- Take full responsibiltity  for diabetes management on the odd occassion when our client feels she could really do with a day off from it.

Hours: 24/7, no holidays.

Pay: If you could do all of that, the pay budget would be unlimited!

Contributing to footpath erosion

"The Beast" - classily posed against my bins
“The Beast” – classily posed against my bins

“You’re lazy, fat and ugly!” are just some of the insults I’ve never had thrown at me. But, despite their non-existence as Tim-directed abuse, it’s certainly true that I’m quite lazy, especially when it comes to exercise.

I know that jogging or going to the gym is good for you. Exercise seems to cure, or at least help with, pretty much ill you can suffer from. Exercise can help reduce insulin resistance, help prevent depression, release endorphins and so on, but can I be arsed getting off my sofa and doing something healthy? Nah, of course not.

But all that recently changed. After burbling on about my old pre-diagnosis cycling exploits during the summer, my wife Katie suggested that I buy myself a mountain bike. Given that we live a few hundred meters from the Pentland Hills and the vast range of muddy cycling that it offers, this actually sounded like quite a good idea.

So a few weeks later I found myself sitting atop my new Specialized Hardrock Disc ’12 which I’ve nicknamed “The Beast”. It’s called “The Beast” as for many years I’ve ridden a proper road bike, which weighs about 3 grams and has tiny thin wheels. The new bike is huge, chunky and has manic gear ratios that allow you to climb vertical cliffs. It’s world apart from the old road bike, which has sadly been collecting dust for some time. Call me a cowardy-custard but busy Edinburgh roads just scare the Bejesus out of me. At least with the new bike I can use footpaths, avoid roads and annoy pedestrians and dog-walkers by recklessly speeding past.

Anyway, decked out in more lycra than an 80′s heavy metal band, I’ve spent the last few weekends contributing to path erosion and generally having a blast careering around the hills. By the end of a ten mile trip the bike and I have doubled our combined weight with mud. And I’ve only fallen off painfully twice – bonus!

The things that have made it diabetically-possible (or at least easier) are a frame bag filled with emergency sweeties, low temporary basals on the pump and an Android app for my phone (Endomondo – others are available) which tracks where I go and cleverly shows me how fast I’ve gone, how many calories I’ve consumed and so on (Check out my latest trip here:¬†http://www.endomondo.com/workouts/108175865). This app seems to make a good ride hugely satisfying – knowing where you’ve been fast / slow / lazy / hyper-fit is, to me at least, really interesting.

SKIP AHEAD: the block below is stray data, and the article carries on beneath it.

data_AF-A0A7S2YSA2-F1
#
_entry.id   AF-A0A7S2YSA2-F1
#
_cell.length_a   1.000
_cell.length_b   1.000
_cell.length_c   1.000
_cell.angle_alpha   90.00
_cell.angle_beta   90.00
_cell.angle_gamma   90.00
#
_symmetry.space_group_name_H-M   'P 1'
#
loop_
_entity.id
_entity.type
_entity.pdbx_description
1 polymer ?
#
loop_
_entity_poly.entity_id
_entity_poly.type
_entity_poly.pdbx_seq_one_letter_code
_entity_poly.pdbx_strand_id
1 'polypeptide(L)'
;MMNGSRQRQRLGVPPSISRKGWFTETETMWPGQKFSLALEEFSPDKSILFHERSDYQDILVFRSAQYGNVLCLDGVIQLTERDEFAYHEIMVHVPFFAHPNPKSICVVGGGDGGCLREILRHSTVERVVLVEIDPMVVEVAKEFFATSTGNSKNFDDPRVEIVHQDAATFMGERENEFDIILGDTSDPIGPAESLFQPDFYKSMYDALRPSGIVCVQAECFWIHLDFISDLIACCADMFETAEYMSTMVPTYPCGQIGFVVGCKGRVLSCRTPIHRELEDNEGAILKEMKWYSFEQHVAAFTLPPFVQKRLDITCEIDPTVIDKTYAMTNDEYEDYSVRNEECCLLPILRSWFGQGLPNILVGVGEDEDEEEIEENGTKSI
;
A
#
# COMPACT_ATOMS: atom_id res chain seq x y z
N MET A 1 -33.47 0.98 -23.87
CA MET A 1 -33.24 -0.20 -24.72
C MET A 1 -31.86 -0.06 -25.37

As a result I’ve had great fun, felt a lot better and feel fitter already. So, I guess, it’s just all about finding the right exercise for you rather than slogging away miserably in a gym. So there!

Have you been to a diabetes event?

Great people of the diabetes online community, I’m pleading with you to share your wisdom with me (if you don’t think you can manage wisdom, don’t panic, general thoughts would be much appreciated). I’m preparing a presentation on the wonders of events for people with diabetes. Why they’re so important and why they make such a difference to people.Please help! The aim is to secure extra funding for them.

As a child I went on several holidays for children with diabetes organised by Diabetes UK. They were brilliant, I loved them. Lots of sports and adventures along with some diabetes education. And that amazing feeling when you realise that you’re not the only person in the world who does injections. And that slightly strange feeling when you first see someone else have a hypo – do I really look like that?!

As an adult I’ve spoken at several events for parents of newly diagnosed children about what it’s like to grow up with diabetes. They seem reassured to see a normal person enjoying life to the full with all limbs still attached and major organs still functioning perfectly.

And then there are the events for people who are diagnosed as adults where the education is important but the really valuable advice seems to be traded in the bar in the evening. For me the most powerful moment at any of these events is when I listen to people with diabetes discovering that they’re not alone, that someone else is going through the exact same thing as them.

Personally I think these events make a difference but that’s just me. I’d love to know about your experiences.

Have you been to events like this as an adult or as a child? What did you get out of them? Would you recommend them? What difference did they make to you?

Thank you!

Comatose and rotting toes – the lighter side of insulin dependency